Measure twice, pay once.

I’ve done it more than once – bought clothing without trying it on.  I hate shopping but need clothes.  The problem is that most times I got it wrong and, idiot that I am, it took me ages to learn my lesson.  Measure and try before you spend cash!  Good grief, how difficult can it be?

Community theatre companies do the same thing all the time.  They spend ridiculous amounts of money on advertising without measuring the return on their investment.  They have no idea if that newspaper advertisement in the local rag is having any impact on their ticket sales but they spend several hundred dollars anyway because ‘that’s what you do’.  Who says?

Look, you don’t have the money to throw away on ineffective marketing and I’ll tell you now that it’s a fallacy that you have to spend massive amounts of money to get a result.  There are so many resources online now that allow you to have a professional looking image with a minimal budget [and I mean almost free].

If you want to make your marketing budget more effective I suggest the first thing you change is this – measure everything.  Consider this question – who is your audience?  And don’t use anecdotal evidence to answer this question because I guarantee you will be wrong.  Here’s why.

A small theatre company manager was very proud of how well he knew his patrons and believed that most of his audiences were retirees.  However, when he measured the audiences, he found that only 40% were retirees.  Needless to say he was surprised.  So how did he come up with his initial perception?  It turns out that the more mature patrons were the ones he had the most contact with on the phone due to their preference for telephone bookings.  The younger audiences, more comfortable with online services, rarely used the phone.  Skewing his view of audience demographics meant that the younger audiences were at risk of drifting away because they were ignored.  There goes the future.

Measure everything.  Having real data allows you to understand things like:

  • A rough age breakdown of your audiences.  Knowing what ages you’re currently attracting can open up opportunities to include more directed marketing to another age group if you want to.
  • Which performances those ages choose.  Do you need to increase the number of matinees in your season because your audiences prefer them.
  • Which performances are the last to sell.  This data allows you to proactively market these harder to sell performances.  You might put together the break even figures and determine if you can do a special deal for those performances.  This is better than reacting 48 hours before curtain up because you only have 48 bums on seats.  Unplanned and last minute sounds desperate and audiences don’t want to be part of something desperate.  Your alternative, of course, is to remove these performances from your season completely.
  • How many programmes do you sell for each production.  If they don’t sell, don’t print them.  All people really want to know is who’s who.  Unless you regularly sell printed programmes by the hundreds, perhaps it’s worth approaching it a new way.  Make them available for free, downloadable from your website.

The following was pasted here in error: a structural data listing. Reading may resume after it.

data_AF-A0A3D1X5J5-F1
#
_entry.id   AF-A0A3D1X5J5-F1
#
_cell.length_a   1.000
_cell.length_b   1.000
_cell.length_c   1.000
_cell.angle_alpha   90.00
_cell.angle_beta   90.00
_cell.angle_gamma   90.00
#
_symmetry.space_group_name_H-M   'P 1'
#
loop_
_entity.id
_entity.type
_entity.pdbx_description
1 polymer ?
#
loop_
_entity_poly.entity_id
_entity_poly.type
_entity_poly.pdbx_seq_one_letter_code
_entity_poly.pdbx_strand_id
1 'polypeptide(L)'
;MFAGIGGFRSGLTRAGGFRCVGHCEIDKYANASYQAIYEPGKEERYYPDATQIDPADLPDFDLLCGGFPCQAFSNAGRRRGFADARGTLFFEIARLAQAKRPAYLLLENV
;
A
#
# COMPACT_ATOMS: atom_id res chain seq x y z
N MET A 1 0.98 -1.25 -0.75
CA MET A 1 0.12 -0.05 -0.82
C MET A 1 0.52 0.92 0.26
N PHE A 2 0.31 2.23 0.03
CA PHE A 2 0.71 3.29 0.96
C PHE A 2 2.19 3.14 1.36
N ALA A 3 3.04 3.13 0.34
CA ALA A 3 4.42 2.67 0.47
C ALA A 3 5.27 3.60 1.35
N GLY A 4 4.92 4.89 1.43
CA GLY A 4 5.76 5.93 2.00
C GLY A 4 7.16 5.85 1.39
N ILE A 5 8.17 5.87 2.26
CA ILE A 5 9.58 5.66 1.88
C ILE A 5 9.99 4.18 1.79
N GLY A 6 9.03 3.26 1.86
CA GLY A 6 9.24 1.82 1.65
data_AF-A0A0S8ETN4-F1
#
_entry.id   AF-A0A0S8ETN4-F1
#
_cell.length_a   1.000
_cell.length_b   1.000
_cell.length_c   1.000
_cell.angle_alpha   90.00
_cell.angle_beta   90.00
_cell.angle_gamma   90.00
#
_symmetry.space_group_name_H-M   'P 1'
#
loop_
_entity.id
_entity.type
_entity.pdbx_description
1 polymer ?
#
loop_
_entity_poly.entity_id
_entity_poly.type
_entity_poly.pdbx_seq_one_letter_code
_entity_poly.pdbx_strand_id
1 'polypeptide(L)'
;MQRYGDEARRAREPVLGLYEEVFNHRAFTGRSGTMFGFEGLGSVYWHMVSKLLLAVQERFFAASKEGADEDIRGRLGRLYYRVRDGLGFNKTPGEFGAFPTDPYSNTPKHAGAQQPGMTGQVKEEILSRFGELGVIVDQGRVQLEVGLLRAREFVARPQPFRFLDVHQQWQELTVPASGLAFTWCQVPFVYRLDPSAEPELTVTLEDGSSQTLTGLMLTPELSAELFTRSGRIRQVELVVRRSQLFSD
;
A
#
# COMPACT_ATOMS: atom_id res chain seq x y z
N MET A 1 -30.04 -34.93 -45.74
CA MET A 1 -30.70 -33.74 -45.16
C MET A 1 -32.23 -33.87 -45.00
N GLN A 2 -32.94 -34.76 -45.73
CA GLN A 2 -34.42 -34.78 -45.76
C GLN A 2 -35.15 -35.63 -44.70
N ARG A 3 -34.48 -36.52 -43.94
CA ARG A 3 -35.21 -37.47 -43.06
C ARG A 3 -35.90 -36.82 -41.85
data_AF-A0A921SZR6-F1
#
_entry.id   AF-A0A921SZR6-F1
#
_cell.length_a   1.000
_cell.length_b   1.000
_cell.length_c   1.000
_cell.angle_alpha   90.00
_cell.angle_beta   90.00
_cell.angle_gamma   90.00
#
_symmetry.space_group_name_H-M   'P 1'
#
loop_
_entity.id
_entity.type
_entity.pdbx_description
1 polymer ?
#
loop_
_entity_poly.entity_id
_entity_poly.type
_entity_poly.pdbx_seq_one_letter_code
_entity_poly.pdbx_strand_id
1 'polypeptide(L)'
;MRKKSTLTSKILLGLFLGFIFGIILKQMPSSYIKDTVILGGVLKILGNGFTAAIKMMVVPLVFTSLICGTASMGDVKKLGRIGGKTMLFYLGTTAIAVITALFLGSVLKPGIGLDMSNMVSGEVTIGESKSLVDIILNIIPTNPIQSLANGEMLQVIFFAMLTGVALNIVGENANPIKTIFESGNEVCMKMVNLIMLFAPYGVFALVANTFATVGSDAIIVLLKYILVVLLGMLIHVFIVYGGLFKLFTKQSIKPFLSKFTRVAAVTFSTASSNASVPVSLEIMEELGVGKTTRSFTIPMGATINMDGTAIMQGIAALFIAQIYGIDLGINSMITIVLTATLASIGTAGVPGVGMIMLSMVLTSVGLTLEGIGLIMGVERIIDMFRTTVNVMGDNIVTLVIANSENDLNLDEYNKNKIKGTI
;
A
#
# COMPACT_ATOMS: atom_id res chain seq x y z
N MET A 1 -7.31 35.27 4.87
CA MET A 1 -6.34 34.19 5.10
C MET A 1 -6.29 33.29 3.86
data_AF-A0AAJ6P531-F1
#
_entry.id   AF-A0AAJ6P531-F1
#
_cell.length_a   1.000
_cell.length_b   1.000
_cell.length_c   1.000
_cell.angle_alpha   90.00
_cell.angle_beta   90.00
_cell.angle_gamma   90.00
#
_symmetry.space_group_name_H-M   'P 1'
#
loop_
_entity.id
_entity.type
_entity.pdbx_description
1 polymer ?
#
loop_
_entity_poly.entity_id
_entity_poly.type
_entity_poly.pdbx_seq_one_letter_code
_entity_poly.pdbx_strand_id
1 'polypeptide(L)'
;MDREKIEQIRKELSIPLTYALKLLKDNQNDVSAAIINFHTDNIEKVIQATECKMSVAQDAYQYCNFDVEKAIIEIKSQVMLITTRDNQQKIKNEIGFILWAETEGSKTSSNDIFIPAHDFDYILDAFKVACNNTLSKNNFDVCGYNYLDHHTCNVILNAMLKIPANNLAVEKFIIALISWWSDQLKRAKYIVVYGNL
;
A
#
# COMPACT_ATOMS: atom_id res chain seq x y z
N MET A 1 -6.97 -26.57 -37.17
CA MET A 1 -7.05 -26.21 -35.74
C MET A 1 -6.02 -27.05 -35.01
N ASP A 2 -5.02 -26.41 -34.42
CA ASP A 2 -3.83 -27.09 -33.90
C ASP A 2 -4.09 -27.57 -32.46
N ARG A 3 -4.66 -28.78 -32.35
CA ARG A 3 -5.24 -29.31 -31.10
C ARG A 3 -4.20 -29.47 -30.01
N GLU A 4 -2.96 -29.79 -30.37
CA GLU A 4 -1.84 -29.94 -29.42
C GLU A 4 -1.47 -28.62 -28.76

• Which paid advertising do people actually see.  Are you spending money on useless advertising platforms?  Set up a simple system to find out if people actually see that expensive advertisement in your local paper and if most of them didn’t, ditch it.

Understanding these things will save you money and help you make effective decisions.  Let’s look at an example:

Company A produced an English farce with 7 performances over 2 weeks.  They performed in a small community hall that has a maximum seating capacity of 120 people.  At each performance, they allocated someone to discreetly count patrons as they entered, recording a rough estimate of age.  This data was recorded for each performance date.  As part of their advertising, the company had spent several hundred dollars on a local newspaper advertisement and only took phone bookings.  When patrons rang to buy tickets, they were asked if they had seen the advertisement, recording this in a simple YES/NO format.  At the end of the season, this data was analysed with surprising results.  The company found that:

  • Only 2 ticket buyers out of the total 250 had seen the newspaper advertisement.
  • Their audience demographic was nearly entirely over the approximate age of 50.

They decided to scrap the shotgun approach of newspaper advertising and focus their marketing directly to organisations and businesses frequented by cashed up baby boomers – retirement villages, cafes, services clubs, etc.  The result was an increase in group bookings and over time they developed a loyal following that regularly attended all their productions.  This would not have happened if the theatre company had not asked the right questions.

Now, may I suggest you pour yourself a glass of red, grab a fresh notebook and plan your first measuring project.  I hope the results are a lovely surprise.